Wireless Test (2.4GHz)
I used the same three client devices which I connected to the 2.4GHz network and the big surprise came from the Intel 8265 WiFi 5 client which managed to offer an average of 201Mbps at 5 feet and 214Mbps at 15 feet. Even at 45 feet and 70 feet (-78dB), the performance was decent – 91.4Mbps and 71.2Mbps, all upstream.
The AX200 also performed well since I could see an average of 186Mbps up and 146Mbps downstream at 15 feet, while at 45 feet, it was 134Mbps up and 73.5Mbps down.
At 70 feet (-83dB attenuation), some online programs and applications would still run well considering that upstream, it was 55.4Mbps, while downstream, I measured an average of 23.9Mbps.
The Pixel 2 XL was fairly decent near the EnGenius ECW130 access point – I saw an average of 118Mbps up and 114Mbps downstream at 5 feet, while at 45 feet, I measured about 40.8Mbps up and 9.7Mbps downstream. At 70 feet, the client device could no longer connect to the wireless access point, which is fairly normal for this specific client device.
Creating a mesh network and testing the roaming performance
EnGenius does have the possibility to create a mesh network built into the Cloud management software, but there are a few steps that you need to undergo. First of all, you need to register all the access points that will become a part of the mesh network and assign them to the same Network (under the same Organization).
Then, after updating the firmware, choose which AP will be the gateway (the main mesh node) and which will become the mesh points. Then position the latter APs at a fair distance from the main unit and power them up from a wall outlet – the APs don’t have to be connected to the same switch, just to be powered up. Then, navigate to the Configure > Access Point > Radio and enable Mesh on the radio band that you prefer.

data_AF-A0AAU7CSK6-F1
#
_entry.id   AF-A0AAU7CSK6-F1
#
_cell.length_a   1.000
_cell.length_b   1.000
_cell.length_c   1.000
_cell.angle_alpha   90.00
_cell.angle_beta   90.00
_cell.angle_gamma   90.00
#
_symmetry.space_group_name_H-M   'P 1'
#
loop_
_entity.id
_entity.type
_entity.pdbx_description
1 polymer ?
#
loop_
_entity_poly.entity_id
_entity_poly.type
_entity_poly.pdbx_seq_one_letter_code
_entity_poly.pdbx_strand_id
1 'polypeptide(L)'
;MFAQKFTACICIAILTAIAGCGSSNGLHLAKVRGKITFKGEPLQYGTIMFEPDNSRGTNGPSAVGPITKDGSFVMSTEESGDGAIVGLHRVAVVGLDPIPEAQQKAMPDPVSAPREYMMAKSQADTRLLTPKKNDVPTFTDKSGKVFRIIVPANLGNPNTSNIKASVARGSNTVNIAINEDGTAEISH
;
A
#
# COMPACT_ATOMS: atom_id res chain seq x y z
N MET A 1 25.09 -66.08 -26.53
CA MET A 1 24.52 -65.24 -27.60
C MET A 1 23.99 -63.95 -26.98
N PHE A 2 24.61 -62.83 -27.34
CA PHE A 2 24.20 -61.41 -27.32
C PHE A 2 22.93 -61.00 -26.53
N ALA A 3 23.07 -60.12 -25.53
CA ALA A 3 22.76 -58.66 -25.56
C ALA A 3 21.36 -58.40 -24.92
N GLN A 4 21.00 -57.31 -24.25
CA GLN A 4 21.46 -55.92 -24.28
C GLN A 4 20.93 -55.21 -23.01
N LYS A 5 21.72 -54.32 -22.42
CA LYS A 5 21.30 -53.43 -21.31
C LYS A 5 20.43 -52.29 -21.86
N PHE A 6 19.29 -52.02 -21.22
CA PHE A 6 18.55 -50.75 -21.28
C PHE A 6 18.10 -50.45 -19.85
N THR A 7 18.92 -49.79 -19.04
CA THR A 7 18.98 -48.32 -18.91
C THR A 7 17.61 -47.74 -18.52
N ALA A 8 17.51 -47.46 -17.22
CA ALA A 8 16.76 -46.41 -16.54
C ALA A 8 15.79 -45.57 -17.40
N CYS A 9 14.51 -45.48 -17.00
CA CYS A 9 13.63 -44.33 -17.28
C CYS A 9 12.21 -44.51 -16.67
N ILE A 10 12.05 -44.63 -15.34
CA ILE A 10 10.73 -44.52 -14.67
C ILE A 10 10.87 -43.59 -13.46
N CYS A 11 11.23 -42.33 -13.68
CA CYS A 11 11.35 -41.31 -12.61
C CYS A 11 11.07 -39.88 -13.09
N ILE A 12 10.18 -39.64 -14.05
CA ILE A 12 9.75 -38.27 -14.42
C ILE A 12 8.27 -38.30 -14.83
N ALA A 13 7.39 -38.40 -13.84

I chose to extend the 5GHz network (only one band can be extended at a time) and then I pressed the Auto Pairing button. If the APs are in the vicinity of the Gateway unit, then they will be automatically added to the mesh network. And the way to check if it was successful is to simply go to Manage > Access Points – the APs will appear as online with the Mesh Mode set to Gateway and AP.
I also decided to enable the 802.11r Fast Roaming feature from the Configure > Access Point > SSID and choosing the network – scroll down to identify the 802.11r which will be turned off by default. After that I decided to check just how smooth the transition between the two EnGenius ECW130 access points is, so I opened two command prompt windows and pinged continuously 220.127.116.11 and 18.104.22.168. This way, I could see if there are any dropped packets while roaming the network.